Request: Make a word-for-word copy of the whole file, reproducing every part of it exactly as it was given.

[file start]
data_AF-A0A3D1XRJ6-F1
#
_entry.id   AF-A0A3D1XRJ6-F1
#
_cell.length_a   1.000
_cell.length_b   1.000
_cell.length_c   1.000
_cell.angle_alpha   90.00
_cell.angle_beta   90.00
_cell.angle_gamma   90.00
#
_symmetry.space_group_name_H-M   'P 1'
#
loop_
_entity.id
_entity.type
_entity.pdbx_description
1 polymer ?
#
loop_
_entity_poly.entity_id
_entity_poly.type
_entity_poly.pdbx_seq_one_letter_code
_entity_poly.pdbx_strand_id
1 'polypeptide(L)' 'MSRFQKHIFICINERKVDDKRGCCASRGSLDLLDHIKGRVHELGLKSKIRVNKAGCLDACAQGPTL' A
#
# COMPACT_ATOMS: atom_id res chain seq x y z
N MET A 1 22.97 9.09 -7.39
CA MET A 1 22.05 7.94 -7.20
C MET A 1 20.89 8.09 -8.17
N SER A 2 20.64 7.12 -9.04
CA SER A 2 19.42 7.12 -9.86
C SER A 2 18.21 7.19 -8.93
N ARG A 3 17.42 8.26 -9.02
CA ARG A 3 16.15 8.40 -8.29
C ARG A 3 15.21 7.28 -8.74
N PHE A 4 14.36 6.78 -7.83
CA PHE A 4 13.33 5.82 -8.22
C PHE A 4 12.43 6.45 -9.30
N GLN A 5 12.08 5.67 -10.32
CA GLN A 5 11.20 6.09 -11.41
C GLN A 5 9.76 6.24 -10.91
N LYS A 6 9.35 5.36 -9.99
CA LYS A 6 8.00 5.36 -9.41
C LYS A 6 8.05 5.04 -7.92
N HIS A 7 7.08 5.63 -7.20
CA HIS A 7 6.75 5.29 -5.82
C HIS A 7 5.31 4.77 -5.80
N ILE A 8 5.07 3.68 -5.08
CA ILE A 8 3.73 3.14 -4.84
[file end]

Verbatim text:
data_AF-A0A3D1XRJ6-F1
#
_entry.id   AF-A0A3D1XRJ6-F1
#
_cell.length_a   1.000
_cell.length_b   1.000
_cell.length_c   1.000
_cell.angle_alpha   90.00
_cell.angle_beta   90.00
_cell.angle_gamma   90.00
#
_symmetry.space_group_name_H-M   'P 1'
#
loop_
_entity.id
_entity.type
_entity.pdbx_description
1 polymer ?
#
loop_
_entity_poly.entity_id
_entity_poly.type
_entity_poly.pdbx_seq_one_letter_code
_entity_poly.pdbx_strand_id
1 'polypeptide(L)' 'MSRFQKHIFICINERKVDDKRGCCASRGSLDLLDHIKGRVHELGLKSKIRVNKAGCLDACAQGPTL' A
#
# COMPACT_ATOMS: atom_id res chain seq x y z
N MET A 1 22.97 9.09 -7.39
CA MET A 1 22.05 7.94 -7.20
C MET A 1 20.89 8.09 -8.17
N SER A 2 20.64 7.12 -9.04
CA SER A 2 19.42 7.12 -9.86
C SER A 2 18.21 7.19 -8.93
N ARG A 3 17.42 8.26 -9.02
CA ARG A 3 16.15 8.40 -8.29
C ARG A 3 15.21 7.28 -8.74
N PHE A 4 14.36 6.78 -7.83
CA PHE A 4 13.33 5.82 -8.22
C PHE A 4 12.43 6.45 -9.30
N GLN A 5 12.08 5.67 -10.32
CA GLN A 5 11.20 6.09 -11.41
C GLN A 5 9.76 6.24 -10.91
N LYS A 6 9.35 5.36 -9.99
CA LYS A 6 8.00 5.36 -9.41
C LYS A 6 8.05 5.04 -7.92
N HIS A 7 7.08 5.63 -7.20
CA HIS A 7 6.75 5.29 -5.82
C HIS A 7 5.31 4.77 -5.80
N ILE A 8 5.07 3.68 -5.08
CA ILE A 8 3.73 3.14 -4.84